From residential to commercial, sustainable energy and renewable energy development are both at the forefront of everyone’s minds. But what exactly is the difference between “sustainable” and “renewable” energy? Does the sustainable energy definition really differ from renewable? Let’s take a look at sustainable energy vs. renewable energy, especially in terms of what companies can expect today.
What is Renewable Energy?
Renewable energy is perhaps the simplest thing to think about. Renewable energy is energy that comes from renewable sources. An example is crops or biomatter. Energy that comes from, say, oil or natural gas is not renewable, because there is no easy way for these resources to be renewed. Because of the amount of time it takes for natural gas and oil to form, natural gas and oil can eventually be depleted; there is an effectively finite amount.
However, renewable energy from sources such as algae or biofilm can be easily replenished. The reason renewable energy has not eclipsed non-renewable energy is because it takes more time and effort to produce. But it does recover, which is the more important aspect.
Other types of renewable energy include hydro-electric power. While effectively this power is sustainable (it will continue), it does convert energy from water into raw energy that can be used. Because of this, it is dampening the flow of the water, and is not always able to run indefinitely.
What is Sustainable Energy?
Sustainable energy is energy that can never be depleted and doesn’t need to be produced. Sustainable energy is like the sun and the wind. Technically, the sun’s energy is finite, but not on a scale that matters to us on earth.
Sustainable energy is what most of the world is currently moving toward. Wind and solar power are becoming more affordable and more refined. With sustainable energy sources, energy can be acquired that is not finite, that can continuously be milled.
All sustainable energy can be considered renewable energy. But not all renewable energy can be considered sustainable energy. And renewable resources can potentially become unsustainable. As an example, tidal forces can be used to capture energy, but (in the very unlikely) event that all tidal forces or even most tidal forces were captured, it would be disruptive to the surrounding environments.
Of course, there are still issues. For instance, the machines that need to be built to use sustainable energy may require finite resources. Solar panels can take a lot of energy to produce even today, which means that there is an upfront cost of energy. No system is truly lossless.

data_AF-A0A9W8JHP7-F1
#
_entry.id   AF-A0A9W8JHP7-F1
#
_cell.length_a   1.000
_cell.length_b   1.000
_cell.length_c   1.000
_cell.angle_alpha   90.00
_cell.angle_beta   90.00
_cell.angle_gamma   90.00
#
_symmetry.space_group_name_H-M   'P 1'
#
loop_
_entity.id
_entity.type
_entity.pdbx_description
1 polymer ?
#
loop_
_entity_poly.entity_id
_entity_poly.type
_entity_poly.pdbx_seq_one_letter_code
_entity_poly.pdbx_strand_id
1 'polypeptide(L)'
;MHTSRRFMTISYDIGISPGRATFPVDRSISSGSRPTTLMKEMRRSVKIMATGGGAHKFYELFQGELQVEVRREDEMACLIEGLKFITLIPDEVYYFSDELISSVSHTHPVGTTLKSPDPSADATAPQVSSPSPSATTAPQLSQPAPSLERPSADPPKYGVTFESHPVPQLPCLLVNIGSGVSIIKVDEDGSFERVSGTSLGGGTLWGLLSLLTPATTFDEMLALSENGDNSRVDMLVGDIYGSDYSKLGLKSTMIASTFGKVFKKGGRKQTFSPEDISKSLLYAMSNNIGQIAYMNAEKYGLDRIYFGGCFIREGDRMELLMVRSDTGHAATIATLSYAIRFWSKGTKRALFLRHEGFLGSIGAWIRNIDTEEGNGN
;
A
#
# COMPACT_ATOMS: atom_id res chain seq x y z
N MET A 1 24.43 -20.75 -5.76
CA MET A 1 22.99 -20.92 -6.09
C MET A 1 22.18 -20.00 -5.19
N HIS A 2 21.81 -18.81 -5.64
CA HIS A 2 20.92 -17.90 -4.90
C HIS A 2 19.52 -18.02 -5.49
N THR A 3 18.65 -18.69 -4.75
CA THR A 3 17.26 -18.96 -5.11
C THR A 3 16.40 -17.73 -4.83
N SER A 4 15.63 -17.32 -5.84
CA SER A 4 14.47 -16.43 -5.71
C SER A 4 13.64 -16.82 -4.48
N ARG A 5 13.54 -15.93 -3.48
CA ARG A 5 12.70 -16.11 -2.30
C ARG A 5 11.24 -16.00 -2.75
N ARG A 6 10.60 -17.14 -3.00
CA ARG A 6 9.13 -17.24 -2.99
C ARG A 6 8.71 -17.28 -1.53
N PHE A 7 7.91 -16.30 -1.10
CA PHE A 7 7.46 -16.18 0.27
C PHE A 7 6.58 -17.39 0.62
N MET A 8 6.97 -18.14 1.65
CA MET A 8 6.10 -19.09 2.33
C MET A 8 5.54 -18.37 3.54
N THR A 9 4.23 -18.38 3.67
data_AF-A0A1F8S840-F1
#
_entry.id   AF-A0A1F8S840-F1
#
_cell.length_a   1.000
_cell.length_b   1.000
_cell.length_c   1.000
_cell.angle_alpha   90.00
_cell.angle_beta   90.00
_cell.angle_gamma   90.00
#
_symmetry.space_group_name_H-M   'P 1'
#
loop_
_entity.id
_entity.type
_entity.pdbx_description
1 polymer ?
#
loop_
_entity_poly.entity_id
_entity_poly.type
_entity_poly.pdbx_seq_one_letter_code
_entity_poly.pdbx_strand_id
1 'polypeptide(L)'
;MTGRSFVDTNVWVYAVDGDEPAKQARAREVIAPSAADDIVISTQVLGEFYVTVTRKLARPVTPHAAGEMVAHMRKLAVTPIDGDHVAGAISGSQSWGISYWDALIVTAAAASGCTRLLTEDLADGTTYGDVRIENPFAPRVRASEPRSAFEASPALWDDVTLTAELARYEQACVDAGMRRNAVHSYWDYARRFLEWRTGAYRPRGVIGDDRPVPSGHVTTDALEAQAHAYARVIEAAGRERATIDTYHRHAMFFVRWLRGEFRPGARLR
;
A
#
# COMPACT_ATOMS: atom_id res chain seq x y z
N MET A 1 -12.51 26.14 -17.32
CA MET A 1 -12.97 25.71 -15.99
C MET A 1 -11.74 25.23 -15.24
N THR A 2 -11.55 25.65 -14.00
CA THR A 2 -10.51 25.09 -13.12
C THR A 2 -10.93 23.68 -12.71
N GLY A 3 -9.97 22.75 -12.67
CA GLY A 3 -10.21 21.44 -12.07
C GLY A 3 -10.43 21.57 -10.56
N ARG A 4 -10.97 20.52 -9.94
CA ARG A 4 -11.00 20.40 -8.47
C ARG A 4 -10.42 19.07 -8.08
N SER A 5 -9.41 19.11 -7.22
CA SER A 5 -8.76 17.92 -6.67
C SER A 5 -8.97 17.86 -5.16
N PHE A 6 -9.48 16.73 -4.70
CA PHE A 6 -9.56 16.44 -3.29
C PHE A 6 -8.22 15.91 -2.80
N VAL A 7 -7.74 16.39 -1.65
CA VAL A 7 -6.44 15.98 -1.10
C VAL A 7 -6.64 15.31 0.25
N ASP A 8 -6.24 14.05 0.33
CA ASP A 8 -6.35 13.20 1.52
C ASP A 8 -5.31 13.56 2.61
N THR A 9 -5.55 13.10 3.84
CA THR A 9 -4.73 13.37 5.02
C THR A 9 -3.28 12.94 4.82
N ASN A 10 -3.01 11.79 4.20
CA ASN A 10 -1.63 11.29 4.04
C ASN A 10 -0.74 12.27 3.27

Should Businesses Target Sustainable or Renewable Energy?
Both sustainable and renewable energy sources are critical. Often, businesses will use the sources that make the most sense for them. Wind farms may not be feasible in one environment, but hydropower might be. There is not really a major distinction between sustainable and renewable energy. For a large part, when people talk about sustainable and renewable energy sources, they are talking about products that are both. Wind power and solar power are both sustainable and renewable and they are widely considered to be the best, most reasonable, and most feasible replacements for our current non-renewable energy sources.
At the same time, the distinction can be important, because there are resources that are near-sustainable or near-renewable; there are resources that may renew, but may not be able to renew quickly.
Regardless of sustainable energy vs renewable energy, both concepts are very important to the modern business. Today, most businesses are trying to go green. That’s not just for public perception, which is important, but also because sustainability is important for everyone. Without sustainability, things will become more important, and ultimately, the harm to the environment will affect everyone.